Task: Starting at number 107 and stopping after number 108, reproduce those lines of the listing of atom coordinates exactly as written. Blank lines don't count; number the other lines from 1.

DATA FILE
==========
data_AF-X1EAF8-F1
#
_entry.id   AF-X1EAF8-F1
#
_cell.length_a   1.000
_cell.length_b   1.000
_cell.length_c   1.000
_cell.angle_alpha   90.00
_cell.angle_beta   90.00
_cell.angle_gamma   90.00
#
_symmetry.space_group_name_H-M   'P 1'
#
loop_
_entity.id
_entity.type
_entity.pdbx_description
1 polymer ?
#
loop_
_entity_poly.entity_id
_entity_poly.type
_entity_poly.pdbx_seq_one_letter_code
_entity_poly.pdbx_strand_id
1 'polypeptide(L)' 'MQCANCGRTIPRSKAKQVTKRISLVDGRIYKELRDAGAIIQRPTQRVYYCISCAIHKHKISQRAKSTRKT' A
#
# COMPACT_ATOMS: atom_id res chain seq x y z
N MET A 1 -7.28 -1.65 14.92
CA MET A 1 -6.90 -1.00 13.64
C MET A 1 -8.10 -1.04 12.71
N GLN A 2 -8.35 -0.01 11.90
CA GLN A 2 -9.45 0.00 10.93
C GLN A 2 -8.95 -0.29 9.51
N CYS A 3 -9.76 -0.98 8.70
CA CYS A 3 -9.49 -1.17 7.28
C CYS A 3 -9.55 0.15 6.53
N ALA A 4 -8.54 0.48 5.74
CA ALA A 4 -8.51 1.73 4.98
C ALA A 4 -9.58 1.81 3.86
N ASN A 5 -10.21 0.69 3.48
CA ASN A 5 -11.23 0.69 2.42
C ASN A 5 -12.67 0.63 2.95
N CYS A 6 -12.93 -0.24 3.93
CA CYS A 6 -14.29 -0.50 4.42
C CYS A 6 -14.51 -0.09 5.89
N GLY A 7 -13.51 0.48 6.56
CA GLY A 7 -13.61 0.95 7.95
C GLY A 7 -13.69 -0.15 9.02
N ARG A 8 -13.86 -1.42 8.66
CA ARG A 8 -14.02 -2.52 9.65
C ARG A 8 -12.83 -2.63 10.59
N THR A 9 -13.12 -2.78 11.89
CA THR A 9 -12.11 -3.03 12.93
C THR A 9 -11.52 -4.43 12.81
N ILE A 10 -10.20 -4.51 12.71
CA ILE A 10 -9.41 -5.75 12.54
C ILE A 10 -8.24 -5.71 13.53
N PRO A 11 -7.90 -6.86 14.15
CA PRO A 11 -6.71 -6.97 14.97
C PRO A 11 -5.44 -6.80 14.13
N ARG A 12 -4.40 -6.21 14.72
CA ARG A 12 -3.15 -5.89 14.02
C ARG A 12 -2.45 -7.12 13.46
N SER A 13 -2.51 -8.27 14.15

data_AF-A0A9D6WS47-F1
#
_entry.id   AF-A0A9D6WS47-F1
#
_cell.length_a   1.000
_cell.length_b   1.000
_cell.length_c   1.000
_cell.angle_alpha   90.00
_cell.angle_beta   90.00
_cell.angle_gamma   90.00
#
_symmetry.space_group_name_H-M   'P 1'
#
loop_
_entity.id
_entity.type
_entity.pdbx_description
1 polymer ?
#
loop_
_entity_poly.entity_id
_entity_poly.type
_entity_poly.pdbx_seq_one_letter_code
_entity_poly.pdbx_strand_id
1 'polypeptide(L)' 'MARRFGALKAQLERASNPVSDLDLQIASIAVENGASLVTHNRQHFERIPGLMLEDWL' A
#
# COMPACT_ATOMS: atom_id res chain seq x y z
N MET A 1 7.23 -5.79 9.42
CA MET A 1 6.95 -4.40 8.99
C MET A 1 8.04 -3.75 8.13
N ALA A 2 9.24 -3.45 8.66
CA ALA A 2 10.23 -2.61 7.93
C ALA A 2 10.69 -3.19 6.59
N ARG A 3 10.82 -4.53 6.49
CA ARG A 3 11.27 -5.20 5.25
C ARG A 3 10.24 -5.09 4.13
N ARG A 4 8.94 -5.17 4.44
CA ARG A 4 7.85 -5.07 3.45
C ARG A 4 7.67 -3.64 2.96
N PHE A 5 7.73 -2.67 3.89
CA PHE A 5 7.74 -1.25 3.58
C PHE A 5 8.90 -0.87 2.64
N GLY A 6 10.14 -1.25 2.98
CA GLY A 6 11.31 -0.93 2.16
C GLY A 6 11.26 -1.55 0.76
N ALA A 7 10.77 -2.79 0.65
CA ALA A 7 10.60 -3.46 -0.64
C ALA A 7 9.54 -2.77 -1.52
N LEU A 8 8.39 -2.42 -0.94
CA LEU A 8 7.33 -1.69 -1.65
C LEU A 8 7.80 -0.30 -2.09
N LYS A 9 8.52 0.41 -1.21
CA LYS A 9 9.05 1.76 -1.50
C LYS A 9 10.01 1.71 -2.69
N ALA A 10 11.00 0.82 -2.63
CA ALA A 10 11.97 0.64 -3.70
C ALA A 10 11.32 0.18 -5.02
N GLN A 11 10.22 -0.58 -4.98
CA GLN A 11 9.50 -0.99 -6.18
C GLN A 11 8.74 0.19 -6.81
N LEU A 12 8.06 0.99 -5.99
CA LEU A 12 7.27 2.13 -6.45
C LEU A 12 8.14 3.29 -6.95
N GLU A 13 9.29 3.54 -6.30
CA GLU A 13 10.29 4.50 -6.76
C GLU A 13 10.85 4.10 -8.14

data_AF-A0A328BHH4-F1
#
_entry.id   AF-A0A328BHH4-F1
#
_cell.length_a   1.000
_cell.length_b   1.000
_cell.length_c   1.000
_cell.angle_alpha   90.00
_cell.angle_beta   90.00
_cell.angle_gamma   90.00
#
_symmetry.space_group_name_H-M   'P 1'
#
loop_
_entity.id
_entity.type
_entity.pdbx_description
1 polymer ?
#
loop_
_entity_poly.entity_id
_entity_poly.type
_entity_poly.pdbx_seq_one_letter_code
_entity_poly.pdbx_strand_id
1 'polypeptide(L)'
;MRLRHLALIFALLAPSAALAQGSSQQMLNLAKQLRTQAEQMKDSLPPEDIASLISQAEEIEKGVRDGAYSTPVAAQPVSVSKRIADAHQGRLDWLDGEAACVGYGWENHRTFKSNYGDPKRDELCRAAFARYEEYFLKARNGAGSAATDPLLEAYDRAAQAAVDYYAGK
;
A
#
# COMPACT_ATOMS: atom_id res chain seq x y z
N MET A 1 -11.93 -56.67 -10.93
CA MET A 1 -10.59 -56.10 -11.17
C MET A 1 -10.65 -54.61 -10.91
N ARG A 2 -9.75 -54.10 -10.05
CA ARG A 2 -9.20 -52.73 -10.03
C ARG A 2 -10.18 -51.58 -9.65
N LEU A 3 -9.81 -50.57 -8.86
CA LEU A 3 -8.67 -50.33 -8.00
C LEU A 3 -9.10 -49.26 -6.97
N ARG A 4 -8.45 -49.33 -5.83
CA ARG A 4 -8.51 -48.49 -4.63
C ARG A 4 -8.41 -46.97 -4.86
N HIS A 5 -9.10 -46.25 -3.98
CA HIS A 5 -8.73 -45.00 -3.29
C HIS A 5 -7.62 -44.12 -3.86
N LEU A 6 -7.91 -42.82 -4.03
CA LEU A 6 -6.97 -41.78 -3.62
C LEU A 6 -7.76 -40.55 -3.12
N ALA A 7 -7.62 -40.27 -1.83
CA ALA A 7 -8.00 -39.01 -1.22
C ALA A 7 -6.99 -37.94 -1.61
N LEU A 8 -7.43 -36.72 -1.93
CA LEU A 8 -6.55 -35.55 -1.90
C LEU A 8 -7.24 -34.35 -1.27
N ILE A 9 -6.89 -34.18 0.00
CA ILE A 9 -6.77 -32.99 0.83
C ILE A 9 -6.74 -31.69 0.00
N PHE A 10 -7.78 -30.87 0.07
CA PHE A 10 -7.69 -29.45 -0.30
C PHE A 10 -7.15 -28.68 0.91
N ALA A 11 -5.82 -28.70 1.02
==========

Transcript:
N GLY A 6 10.14 -1.25 2.98
CA GLY A 6 11.31 -0.93 2.16